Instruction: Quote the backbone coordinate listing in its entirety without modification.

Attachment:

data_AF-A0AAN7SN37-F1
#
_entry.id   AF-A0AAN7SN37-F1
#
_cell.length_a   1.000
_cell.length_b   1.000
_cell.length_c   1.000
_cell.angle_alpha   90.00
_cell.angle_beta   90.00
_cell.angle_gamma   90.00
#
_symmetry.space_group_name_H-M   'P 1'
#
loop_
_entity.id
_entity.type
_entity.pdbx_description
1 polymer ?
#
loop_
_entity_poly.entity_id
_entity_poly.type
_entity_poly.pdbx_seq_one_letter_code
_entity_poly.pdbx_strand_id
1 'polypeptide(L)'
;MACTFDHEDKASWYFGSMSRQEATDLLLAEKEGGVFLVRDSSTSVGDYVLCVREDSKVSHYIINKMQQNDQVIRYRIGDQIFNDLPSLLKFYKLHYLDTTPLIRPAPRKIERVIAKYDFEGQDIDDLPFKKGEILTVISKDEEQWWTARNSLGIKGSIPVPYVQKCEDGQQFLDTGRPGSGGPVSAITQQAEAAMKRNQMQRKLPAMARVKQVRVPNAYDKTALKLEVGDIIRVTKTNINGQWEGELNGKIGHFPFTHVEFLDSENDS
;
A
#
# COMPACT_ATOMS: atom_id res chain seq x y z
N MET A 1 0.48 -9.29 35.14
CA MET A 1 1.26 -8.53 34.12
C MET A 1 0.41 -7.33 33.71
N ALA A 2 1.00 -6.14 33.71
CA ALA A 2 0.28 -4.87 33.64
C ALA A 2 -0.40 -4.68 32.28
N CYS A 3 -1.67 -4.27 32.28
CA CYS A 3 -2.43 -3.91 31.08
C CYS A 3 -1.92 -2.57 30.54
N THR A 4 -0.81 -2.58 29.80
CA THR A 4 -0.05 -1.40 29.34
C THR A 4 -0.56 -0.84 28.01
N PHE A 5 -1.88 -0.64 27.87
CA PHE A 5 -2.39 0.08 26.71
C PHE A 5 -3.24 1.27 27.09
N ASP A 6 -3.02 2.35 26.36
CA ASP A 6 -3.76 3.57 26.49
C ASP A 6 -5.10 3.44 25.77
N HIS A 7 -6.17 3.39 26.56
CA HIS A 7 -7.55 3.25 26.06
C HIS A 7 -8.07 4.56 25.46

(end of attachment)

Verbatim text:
data_AF-A0AAN7SN37-F1
#
_entry.id   AF-A0AAN7SN37-F1
#
_cell.length_a   1.000
_cell.length_b   1.000
_cell.length_c   1.000
_cell.angle_alpha   90.00
_cell.angle_beta   90.00
_cell.angle_gamma   90.00
#
_symmetry.space_group_name_H-M   'P 1'
#
loop_
_entity.id
_entity.type
_entity.pdbx_description
1 polymer ?
#
loop_
_entity_poly.entity_id
_entity_poly.type
_entity_poly.pdbx_seq_one_letter_code
_entity_poly.pdbx_strand_id
1 'polypeptide(L)'
;MACTFDHEDKASWYFGSMSRQEATDLLLAEKEGGVFLVRDSSTSVGDYVLCVREDSKVSHYIINKMQQNDQVIRYRIGDQIFNDLPSLLKFYKLHYLDTTPLIRPAPRKIERVIAKYDFEGQDIDDLPFKKGEILTVISKDEEQWWTARNSLGIKGSIPVPYVQKCEDGQQFLDTGRPGSGGPVSAITQQAEAAMKRNQMQRKLPAMARVKQVRVPNAYDKTALKLEVGDIIRVTKTNINGQWEGELNGKIGHFPFTHVEFLDSENDS
;
A
#
# COMPACT_ATOMS: atom_id res chain seq x y z
N MET A 1 0.48 -9.29 35.14
CA MET A 1 1.26 -8.53 34.12
C MET A 1 0.41 -7.33 33.71
N ALA A 2 1.00 -6.14 33.71
CA ALA A 2 0.28 -4.87 33.64
C ALA A 2 -0.40 -4.68 32.28
N CYS A 3 -1.67 -4.27 32.28
CA CYS A 3 -2.43 -3.91 31.08
C CYS A 3 -1.92 -2.57 30.54
N THR A 4 -0.81 -2.58 29.80
CA THR A 4 -0.05 -1.40 29.34
C THR A 4 -0.56 -0.84 28.01
N PHE A 5 -1.88 -0.64 27.87
CA PHE A 5 -2.39 0.08 26.71
C PHE A 5 -3.24 1.27 27.09
N ASP A 6 -3.02 2.35 26.36
CA ASP A 6 -3.76 3.57 26.49
C ASP A 6 -5.10 3.44 25.77
N HIS A 7 -6.17 3.39 26.56
CA HIS A 7 -7.55 3.25 26.06
C HIS A 7 -8.07 4.56 25.46